Politicians prepare to pound the streets

LAST night's full meeting of Ipswich council marked the end of term for the administration at Civic Centre. Council politics has now effectively come to an end - for the next six weeks politics will move out on to the streets as the parties try to win votes for May's elections.

LAST night's full meeting of Ipswich Borough Council marked the end of term, for the administration at Civic Centre.

Council politics has now effectively come to an end. For the next six weeks politics will move out on to the streets as the parties try to win votes for May's elections.

It has been said before many times - but this time around the elections really are crucial and really could determine the direction the town heads in for many years to come.

It is the first borough elections since the Conservative/Liberal Democrat administration took over at Civic Centre . . . and if the rumours from Whitehall are true it could be the last before a wholesale reorganisation of local government.


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So where do the parties stand? What is the likely outcome of this year's election? What are the factors that will determine the result?

The first question is easy to answer. Labour is in a fix. It is defending seats that were last fought in 2002 in what was a highly successful year for the party.

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That year the entire council was up for election after the boundaries were redrawn and Labour exceeded all its expectations. It won seats it expected to lose - and seats that it did lose during the following two years.

So this time it is defending wards where it has only one councillor left from the three it won in 2002, in places like Stoke Park, Alexandra, Whitehouse, and Whitton.

If it hangs on to all these seats it will be a great success - but it would not actually improved its standing on the council.

Labour only needs two seats to regain control. But realistically its only real hope is to snatch one of the Conservatives' three Rushmere seats. If it did that and held on to all the seats it currently holds, it would leave the council very finely balanced with 24 Labour councillors, 15 Tories, seven Lib Dems, and two independents.

Labour's best hope could be the emergence of the independent group which is threatening to run several candidates in key wards.

No one expects these dissident Conservatives to win any extra seats on the council, but they could keep out their former party in some key seats - allowing Labour to either hang on or snatch an unlikely victory.

The Liberal Democrats are hoping to snatch the third seat in two wards where they already have two - Alexandra and Whitehouse - and to grab a seat in a fourth ward, Westgate.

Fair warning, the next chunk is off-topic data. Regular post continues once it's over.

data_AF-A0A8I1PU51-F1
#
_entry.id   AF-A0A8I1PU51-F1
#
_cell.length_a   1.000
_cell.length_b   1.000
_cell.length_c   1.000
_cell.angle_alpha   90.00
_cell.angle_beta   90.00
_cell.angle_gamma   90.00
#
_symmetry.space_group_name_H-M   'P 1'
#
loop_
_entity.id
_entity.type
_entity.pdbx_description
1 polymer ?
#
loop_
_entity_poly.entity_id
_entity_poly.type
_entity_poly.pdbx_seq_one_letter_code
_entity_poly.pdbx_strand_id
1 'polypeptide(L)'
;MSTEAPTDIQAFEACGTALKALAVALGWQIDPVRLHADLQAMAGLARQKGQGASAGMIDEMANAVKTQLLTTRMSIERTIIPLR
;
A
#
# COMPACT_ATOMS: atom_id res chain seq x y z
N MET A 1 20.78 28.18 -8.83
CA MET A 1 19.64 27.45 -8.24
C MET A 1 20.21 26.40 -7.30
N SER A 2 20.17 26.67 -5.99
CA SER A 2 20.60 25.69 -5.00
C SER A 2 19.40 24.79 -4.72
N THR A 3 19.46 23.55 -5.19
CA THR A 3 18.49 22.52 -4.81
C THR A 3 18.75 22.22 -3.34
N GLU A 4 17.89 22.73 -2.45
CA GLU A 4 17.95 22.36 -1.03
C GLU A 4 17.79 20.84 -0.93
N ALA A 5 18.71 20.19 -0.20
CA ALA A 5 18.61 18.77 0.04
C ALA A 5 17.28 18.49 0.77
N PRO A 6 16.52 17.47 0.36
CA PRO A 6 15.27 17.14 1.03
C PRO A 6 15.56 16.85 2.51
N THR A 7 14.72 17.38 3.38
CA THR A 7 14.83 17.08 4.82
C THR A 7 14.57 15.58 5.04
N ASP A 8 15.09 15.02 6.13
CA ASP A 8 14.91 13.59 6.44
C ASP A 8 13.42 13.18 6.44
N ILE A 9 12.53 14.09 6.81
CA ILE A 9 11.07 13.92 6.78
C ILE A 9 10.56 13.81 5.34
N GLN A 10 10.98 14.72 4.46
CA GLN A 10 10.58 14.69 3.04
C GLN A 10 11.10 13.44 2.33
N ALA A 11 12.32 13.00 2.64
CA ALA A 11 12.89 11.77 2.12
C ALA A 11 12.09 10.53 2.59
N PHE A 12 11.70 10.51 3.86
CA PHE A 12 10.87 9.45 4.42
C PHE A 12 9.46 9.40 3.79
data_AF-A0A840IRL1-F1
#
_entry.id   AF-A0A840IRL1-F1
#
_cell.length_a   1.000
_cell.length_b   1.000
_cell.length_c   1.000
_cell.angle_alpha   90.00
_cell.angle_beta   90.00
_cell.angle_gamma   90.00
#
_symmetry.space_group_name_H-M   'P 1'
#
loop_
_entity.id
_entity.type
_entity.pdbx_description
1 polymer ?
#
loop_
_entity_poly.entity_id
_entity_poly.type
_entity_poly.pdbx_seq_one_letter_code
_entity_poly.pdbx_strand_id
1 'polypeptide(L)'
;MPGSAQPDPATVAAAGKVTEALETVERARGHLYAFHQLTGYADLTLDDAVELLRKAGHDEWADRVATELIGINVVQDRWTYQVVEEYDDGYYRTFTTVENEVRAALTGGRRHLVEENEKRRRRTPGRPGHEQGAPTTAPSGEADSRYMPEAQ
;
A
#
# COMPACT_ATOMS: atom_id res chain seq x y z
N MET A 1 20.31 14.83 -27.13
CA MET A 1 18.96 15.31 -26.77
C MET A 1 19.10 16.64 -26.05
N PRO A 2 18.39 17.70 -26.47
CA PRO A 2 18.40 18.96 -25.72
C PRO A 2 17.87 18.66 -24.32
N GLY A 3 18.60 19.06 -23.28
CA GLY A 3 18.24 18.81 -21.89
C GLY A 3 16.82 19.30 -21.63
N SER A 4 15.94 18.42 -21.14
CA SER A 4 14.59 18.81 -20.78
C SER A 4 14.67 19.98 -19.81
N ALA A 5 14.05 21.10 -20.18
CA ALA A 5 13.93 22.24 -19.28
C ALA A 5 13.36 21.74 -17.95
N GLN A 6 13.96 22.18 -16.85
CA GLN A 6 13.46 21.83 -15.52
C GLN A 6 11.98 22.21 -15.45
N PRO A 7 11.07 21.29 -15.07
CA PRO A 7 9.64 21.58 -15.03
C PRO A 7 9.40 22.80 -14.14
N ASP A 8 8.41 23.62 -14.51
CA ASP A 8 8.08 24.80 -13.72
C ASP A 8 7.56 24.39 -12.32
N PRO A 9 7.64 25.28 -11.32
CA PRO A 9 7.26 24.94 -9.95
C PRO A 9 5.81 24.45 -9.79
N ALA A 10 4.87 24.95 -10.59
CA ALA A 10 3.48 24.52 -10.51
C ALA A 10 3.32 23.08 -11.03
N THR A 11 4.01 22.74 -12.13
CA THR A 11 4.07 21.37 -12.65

It will be interesting to see what happens to their vote - Labour will be telling voters that a vote for the Lib Dems is a vote for a Tory-led council.

The Lib Dems will be claiming that their presence in the administration has prevented the Conservatives from pursuing hard-line policies and has been good for the council.

And of course all this local debate ignores completely what impact national events - the loans for lordships row, and the changes in leadership for the Tories and Lib Dems - will have on voters in the election.

The big unknown, of course, is how many will actually bother to turn out and vote. The battle for the politicians over the next six weeks is to persuade people that there is a point in getting down to the polling station.

AS he delivered his tenth budget speech this week, nothing could convince me that this was not Gordon Brown's swansong in that role.

As the scandal over loans for lordships continues to swirl and the education debate seems unlikely to die down naturally, I am convinced that Tony Blair's tenancy of 10 Downing Street can be measured in weeks or months rather than years.

His presence is clearly now doing his party seriously damage - he is right at the heart of the loans row and while the letter of the law has clearly been observed there is a very nasty whiff of hypocrisy seeping out of Number 10.

Mr Blair was right to hammer the Conservatives for their attitude towards cash for questions in the 1990s, but is now seen as a hypocrite as he allowed Labour to get round the strict disclosure rules he brought in by seeking loans instead of donations.

Labour's men in grey suits will undoubtedly start putting pressure on him to step down during the summer, especially if the party does badly in the local elections, because his presence at the top is now much more of a liability than an asset.

Mr Brown might be seen as more traditional Labour and less charismatic - but he's been untainted by these suspicions of hypocrisy.

And all the polls suggest that without Mr Blair at its head Labour would still have a clear lead over the Tories.

I'm now convinced that Gordon will be in the top job by the time the Labour conference comes around in October. Labour officials and MPs are as keen as most other people to keep their jobs and will be very keen to tell their current leader “Thanks, and good luck for the future” if they think it will improve their chances of staying in power.

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